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Career profile Paper Goods Machine Operators

Also known as Corrugator Operator, Cup Room Technician, Folder Machine Operator, Gluer Operator, Paper Cutter Operator, Paper Machine Backtender, Paper Machine Operator, Stitching Machine Operator

Paper Goods Machine Operators

Also known as Corrugator Operator, Cup Room Technician, Folder Machine Operator

Interests Profile
  • Realistic
  • Conventional
  • Investigative
Pay Range
$26,150 - $61,510 (annual)
Required Skills
  • Operations Monitoring
  • Operation and Control
  • Quality Control Analysis
Knowledge Areas
  • Production and Processing
  • Mechanical
  • Mathematics
Core tasks
  • Examine completed work to detect defects and verify conformance to work orders, and adjust machinery as necessary to correct production problems.
  • Observe operation of various machines to detect and correct machine malfunctions such as improper forming, glue flow, or pasteboard tension.
  • Install attachments to machines for gluing, folding, printing, or cutting.
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What does a Paper Goods Machine Operators do?

Paper Goods Machine Operators set up, operate, or tend paper goods machines that perform a variety of functions, such as converting, sawing, corrugating, banding, wrapping, boxing, stitching, forming, or sealing paper or paperboard sheets into products.

What kind of tasks does a Paper Goods Machine Operators perform regularly?

Paper Goods Machine Operators are often responsible for overseeing or executing some or all of the following tasks:

  • Examine completed work to detect defects and verify conformance to work orders, and adjust machinery as necessary to correct production problems.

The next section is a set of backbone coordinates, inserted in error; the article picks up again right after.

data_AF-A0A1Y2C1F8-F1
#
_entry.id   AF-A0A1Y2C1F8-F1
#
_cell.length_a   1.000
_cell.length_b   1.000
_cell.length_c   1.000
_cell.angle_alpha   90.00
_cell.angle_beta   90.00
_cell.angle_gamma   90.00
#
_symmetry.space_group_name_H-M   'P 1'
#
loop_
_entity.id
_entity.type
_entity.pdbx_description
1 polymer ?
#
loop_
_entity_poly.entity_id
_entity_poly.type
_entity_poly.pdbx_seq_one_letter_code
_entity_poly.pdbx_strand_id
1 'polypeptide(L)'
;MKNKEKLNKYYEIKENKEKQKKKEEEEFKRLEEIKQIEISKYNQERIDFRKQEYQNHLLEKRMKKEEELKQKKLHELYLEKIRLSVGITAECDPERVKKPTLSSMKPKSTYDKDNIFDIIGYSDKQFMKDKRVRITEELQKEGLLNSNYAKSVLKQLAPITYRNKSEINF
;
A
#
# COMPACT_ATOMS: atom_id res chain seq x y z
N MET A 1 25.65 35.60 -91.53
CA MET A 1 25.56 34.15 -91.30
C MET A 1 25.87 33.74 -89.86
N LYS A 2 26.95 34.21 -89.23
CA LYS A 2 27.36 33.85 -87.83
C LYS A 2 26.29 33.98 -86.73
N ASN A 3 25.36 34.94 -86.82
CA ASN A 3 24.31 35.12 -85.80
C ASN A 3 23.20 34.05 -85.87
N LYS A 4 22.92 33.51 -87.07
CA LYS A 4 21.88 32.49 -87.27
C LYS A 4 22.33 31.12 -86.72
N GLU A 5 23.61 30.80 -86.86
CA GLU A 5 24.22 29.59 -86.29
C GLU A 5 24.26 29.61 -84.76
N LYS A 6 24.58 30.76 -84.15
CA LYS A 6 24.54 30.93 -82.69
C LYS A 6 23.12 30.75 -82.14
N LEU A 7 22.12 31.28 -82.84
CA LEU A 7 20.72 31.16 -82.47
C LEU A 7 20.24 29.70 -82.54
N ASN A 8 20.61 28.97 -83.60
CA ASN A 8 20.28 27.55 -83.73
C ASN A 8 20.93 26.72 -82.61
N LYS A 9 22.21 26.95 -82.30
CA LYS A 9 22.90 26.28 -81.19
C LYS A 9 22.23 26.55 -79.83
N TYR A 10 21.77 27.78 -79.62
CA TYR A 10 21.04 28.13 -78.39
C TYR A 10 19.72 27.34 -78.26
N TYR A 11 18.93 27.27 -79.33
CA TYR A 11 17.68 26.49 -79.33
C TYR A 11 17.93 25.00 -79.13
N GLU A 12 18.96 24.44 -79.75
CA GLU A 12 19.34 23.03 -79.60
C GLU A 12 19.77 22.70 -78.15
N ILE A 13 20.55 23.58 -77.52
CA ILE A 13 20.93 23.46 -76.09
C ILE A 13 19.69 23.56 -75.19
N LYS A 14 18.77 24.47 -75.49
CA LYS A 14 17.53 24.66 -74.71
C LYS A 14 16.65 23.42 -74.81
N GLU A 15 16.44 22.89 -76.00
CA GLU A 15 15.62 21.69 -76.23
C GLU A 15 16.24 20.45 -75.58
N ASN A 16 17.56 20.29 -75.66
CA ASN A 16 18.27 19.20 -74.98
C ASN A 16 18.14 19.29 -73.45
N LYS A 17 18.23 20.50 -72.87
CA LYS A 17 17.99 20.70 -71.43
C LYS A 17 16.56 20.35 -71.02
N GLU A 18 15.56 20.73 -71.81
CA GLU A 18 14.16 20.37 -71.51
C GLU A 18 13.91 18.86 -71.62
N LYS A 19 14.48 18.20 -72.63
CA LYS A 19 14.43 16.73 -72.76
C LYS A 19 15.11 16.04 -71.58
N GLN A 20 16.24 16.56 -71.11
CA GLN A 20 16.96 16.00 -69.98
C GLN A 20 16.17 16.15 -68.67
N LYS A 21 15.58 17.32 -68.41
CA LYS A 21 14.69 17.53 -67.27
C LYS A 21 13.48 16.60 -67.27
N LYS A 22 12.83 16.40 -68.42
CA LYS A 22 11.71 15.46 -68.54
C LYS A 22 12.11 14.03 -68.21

• Observe operation of various machines to detect and correct machine malfunctions such as improper forming, glue flow, or pasteboard tension.
  • Start machines and move controls to regulate tension on pressure rolls, to synchronize speed of machine components, and to adjust temperatures of glue or paraffin.
  • Disassemble machines to maintain, repair, or replace broken or worn parts, using hand or power tools.

The above responsibilities are specific to Paper Goods Machine Operators. More generally, Paper Goods Machine Operators are involved in several broader types of activities:

Controlling Machines and Processes
Using either control mechanisms or direct physical activity to operate machines or processes (not including computers or vehicles).
Handling and Moving Objects
Using hands and arms in handling, installing, positioning, and moving materials, and manipulating things.
Inspecting Equipment, Structures, or Materials
Inspecting equipment, structures, or materials to identify the cause of errors or other problems or defects.
Monitoring Processes, Materials, or Surroundings
Monitoring and reviewing information from materials, events, or the environment, to detect or assess problems.
Getting Information
Observing, receiving, and otherwise obtaining information from all relevant sources.

What is a Paper Goods Machine Operators salary?

The median salary for a Paper Goods Machine Operators is $39,820, and the average salary is $41,480. Both the median and average roughly describe the middle of the Paper Goods Machine Operators salary range, but the average is more easily affected by extremely high or low salaries.

Many Paper Goods Machine Operators earn significantly more or less than the average, due to several factors. About 10% of Paper Goods Machine Operators earn less than $26,150 per year, 25% earn less than $31,320, 75% earn less than $0, and 90% earn less than $61,510.

Between the years of 2020 and 2030, the number of Paper Goods Machine Operators is expected to change by -7.2%, and there should be roughly 10,200 open positions for Paper Goods Machine Operators every year.

Median annual salary
$39,820
Typical salary range
$26,150 - $61,510
Projected growth (2020 - 2030)